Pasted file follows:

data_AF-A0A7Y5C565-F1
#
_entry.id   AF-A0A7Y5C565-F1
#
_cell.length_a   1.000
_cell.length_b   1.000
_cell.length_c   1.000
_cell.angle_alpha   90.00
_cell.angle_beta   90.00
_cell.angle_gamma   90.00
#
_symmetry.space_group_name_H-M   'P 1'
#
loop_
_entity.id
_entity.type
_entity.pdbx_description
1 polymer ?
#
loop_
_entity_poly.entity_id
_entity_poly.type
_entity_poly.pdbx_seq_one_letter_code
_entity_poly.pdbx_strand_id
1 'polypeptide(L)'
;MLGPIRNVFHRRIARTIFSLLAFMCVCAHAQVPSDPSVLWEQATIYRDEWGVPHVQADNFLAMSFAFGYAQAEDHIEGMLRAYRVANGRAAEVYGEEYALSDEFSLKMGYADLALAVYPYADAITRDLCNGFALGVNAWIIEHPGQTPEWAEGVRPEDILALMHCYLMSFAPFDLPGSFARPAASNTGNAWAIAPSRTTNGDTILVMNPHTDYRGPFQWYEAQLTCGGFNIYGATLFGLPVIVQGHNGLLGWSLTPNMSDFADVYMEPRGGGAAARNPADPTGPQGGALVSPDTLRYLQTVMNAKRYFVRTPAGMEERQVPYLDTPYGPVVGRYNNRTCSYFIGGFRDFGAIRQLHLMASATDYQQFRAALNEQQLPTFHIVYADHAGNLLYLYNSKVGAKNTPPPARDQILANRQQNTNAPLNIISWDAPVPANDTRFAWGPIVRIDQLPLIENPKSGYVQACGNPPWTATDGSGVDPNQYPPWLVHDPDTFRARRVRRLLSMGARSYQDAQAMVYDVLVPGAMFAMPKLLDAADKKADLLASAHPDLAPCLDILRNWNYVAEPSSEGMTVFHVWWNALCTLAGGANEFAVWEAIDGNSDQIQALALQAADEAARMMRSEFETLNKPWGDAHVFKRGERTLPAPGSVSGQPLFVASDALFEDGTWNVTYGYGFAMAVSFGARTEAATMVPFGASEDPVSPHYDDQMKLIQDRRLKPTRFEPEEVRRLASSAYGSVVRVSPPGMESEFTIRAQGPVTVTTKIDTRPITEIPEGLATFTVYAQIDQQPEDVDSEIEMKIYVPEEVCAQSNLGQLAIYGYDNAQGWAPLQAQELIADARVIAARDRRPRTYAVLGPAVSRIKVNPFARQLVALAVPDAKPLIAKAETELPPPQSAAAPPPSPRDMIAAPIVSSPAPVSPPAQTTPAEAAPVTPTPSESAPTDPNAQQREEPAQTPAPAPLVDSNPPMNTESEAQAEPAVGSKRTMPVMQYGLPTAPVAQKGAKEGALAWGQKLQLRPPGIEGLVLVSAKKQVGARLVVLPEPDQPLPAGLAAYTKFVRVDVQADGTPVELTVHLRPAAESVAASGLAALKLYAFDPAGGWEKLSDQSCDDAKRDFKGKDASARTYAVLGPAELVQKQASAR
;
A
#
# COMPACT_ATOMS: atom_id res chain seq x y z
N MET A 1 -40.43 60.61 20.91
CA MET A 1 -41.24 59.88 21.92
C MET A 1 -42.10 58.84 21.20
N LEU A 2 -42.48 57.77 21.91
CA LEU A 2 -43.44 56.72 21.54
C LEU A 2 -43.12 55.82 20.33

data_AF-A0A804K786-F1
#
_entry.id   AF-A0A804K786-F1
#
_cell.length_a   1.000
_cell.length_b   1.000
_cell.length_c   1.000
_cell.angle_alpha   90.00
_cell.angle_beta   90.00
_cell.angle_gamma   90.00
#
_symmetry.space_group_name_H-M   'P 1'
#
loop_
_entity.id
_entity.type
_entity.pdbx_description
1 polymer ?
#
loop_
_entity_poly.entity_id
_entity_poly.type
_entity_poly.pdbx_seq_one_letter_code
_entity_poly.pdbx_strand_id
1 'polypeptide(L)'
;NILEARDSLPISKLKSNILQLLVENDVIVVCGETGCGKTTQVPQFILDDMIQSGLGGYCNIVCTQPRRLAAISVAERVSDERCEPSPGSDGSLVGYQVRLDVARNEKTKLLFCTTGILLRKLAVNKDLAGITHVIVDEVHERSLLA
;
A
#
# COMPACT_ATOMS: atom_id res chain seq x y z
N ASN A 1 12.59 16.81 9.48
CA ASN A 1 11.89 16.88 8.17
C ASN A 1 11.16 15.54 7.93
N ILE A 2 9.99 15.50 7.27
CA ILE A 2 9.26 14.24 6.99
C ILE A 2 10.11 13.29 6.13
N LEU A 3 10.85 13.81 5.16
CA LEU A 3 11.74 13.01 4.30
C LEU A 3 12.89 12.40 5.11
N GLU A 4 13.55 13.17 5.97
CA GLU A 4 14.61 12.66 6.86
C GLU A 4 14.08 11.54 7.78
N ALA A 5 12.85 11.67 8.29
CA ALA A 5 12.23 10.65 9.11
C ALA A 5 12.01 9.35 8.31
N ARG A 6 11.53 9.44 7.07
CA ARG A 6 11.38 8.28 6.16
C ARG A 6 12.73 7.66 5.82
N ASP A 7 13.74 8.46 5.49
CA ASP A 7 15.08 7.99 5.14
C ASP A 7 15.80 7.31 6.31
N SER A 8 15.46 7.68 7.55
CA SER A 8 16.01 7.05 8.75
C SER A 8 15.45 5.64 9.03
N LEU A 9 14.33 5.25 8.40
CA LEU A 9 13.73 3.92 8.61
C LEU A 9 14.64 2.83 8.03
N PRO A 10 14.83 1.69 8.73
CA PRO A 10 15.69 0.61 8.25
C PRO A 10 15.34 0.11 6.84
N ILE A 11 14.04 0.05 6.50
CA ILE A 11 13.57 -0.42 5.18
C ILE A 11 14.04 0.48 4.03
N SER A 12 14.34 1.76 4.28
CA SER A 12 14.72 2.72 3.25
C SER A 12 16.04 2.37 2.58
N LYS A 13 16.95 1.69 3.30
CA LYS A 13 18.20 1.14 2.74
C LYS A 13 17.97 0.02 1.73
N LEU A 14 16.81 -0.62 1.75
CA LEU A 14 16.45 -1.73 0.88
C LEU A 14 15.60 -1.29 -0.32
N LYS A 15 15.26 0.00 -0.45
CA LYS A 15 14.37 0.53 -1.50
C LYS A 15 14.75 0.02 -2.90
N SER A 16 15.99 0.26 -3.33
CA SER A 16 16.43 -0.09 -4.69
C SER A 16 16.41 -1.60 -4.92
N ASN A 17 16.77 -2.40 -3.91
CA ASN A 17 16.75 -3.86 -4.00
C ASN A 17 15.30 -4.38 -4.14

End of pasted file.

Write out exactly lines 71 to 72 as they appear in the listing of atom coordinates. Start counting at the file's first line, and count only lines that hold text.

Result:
CA ILE A 2 9.26 14.24 6.99
C ILE A 2 10.11 13.29 6.13